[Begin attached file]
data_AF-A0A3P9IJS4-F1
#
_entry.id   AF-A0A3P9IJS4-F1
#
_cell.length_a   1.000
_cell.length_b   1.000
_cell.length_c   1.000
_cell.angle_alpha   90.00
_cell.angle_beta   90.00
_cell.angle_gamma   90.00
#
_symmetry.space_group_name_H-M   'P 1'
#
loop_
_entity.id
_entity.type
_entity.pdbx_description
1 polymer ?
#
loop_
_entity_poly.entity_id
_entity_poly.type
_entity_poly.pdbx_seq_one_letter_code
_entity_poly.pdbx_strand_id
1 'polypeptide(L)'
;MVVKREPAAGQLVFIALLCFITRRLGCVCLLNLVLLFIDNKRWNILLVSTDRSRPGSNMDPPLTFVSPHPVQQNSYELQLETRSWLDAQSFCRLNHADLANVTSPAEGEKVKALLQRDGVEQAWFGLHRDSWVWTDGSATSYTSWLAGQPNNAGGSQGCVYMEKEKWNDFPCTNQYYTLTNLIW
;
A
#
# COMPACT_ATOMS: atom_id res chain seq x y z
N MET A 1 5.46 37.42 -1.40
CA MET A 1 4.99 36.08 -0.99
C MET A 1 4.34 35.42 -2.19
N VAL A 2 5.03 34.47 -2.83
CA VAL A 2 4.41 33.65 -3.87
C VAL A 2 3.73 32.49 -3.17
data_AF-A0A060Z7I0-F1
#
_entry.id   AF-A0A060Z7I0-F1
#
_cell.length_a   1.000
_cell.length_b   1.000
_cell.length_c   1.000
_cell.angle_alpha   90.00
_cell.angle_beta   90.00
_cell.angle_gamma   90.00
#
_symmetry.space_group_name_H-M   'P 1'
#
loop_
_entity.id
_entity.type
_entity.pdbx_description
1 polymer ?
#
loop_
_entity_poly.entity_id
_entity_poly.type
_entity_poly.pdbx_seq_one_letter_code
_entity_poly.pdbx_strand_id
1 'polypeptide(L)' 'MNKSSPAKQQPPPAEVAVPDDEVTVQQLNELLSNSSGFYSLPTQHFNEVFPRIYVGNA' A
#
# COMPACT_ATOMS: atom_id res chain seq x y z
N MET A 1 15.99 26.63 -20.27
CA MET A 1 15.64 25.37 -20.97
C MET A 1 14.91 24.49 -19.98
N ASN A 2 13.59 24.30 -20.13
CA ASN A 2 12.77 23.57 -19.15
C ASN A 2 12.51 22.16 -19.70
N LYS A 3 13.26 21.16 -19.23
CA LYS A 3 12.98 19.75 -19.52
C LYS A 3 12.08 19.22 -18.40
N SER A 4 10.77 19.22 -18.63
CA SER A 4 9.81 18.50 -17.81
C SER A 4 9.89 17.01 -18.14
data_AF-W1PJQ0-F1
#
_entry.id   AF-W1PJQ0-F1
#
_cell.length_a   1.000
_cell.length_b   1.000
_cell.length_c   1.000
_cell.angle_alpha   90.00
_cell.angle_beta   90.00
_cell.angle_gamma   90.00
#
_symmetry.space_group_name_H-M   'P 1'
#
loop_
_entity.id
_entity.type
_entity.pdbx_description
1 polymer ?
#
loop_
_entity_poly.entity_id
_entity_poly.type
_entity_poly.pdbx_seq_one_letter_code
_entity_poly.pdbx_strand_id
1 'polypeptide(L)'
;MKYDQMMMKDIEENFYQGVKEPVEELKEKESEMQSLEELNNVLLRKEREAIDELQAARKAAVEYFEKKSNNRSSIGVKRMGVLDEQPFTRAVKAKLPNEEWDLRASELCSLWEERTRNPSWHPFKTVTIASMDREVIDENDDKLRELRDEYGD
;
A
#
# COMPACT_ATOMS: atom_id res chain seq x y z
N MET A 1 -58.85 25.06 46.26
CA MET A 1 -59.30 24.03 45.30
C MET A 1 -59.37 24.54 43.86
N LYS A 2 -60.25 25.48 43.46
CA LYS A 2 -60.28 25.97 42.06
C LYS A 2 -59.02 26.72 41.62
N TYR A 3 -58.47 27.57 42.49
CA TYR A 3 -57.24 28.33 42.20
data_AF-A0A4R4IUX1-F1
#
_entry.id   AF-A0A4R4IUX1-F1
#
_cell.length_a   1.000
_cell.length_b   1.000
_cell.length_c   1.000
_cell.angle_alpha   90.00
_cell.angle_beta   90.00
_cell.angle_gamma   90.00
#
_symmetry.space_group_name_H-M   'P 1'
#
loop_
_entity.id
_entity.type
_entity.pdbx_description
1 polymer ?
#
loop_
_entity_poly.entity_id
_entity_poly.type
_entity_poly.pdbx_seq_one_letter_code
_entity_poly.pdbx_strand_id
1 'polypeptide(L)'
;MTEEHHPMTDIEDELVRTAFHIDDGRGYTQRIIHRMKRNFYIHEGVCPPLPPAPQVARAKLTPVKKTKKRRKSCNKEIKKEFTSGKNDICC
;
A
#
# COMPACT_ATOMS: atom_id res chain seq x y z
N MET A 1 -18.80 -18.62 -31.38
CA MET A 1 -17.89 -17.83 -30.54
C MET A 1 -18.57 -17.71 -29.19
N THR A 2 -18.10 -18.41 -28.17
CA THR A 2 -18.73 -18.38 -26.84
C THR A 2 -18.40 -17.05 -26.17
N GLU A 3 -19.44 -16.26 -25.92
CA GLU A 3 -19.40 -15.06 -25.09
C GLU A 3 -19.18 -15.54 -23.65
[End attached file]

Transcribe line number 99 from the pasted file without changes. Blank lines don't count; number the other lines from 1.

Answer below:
_entity_poly.pdbx_strand_id